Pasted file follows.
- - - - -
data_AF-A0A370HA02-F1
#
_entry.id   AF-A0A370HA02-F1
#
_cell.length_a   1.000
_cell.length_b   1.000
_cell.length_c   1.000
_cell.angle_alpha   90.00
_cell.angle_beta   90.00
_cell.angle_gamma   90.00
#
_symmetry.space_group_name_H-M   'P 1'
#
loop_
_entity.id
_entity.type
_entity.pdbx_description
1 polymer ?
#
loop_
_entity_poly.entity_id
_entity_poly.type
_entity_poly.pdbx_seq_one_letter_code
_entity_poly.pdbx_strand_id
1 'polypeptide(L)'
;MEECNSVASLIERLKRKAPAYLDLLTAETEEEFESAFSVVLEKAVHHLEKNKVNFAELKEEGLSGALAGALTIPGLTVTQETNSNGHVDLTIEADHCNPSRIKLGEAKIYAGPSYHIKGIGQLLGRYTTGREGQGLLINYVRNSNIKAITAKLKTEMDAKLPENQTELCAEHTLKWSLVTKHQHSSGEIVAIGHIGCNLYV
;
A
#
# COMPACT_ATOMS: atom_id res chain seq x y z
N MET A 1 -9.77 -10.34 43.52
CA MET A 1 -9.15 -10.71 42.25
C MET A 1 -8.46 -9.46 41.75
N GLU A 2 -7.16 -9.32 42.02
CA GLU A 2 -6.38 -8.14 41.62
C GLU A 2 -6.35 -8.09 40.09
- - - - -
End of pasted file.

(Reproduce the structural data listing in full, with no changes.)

data_AF-A0A370HA02-F1
#
_entry.id   AF-A0A370HA02-F1
#
_cell.length_a   1.000
_cell.length_b   1.000
_cell.length_c   1.000
_cell.angle_alpha   90.00
_cell.angle_beta   90.00
_cell.angle_gamma   90.00
#
_symmetry.space_group_name_H-M   'P 1'
#
loop_
_entity.id
_entity.type
_entity.pdbx_description
1 polymer ?
#
loop_
_entity_poly.entity_id
_entity_poly.type
_entity_poly.pdbx_seq_one_letter_code
_entity_poly.pdbx_strand_id
1 'polypeptide(L)'
;MEECNSVASLIERLKRKAPAYLDLLTAETEEEFESAFSVVLEKAVHHLEKNKVNFAELKEEGLSGALAGALTIPGLTVTQETNSNGHVDLTIEADHCNPSRIKLGEAKIYAGPSYHIKGIGQLLGRYTTGREGQGLLINYVRNSNIKAITAKLKTEMDAKLPENQTELCAEHTLKWSLVTKHQHSSGEIVAIGHIGCNLYV
;
A
#
# COMPACT_ATOMS: atom_id res chain seq x y z
N MET A 1 -9.77 -10.34 43.52
CA MET A 1 -9.15 -10.71 42.25
C MET A 1 -8.46 -9.46 41.75
N GLU A 2 -7.16 -9.32 42.02
CA GLU A 2 -6.38 -8.14 41.62
C GLU A 2 -6.35 -8.09 40.09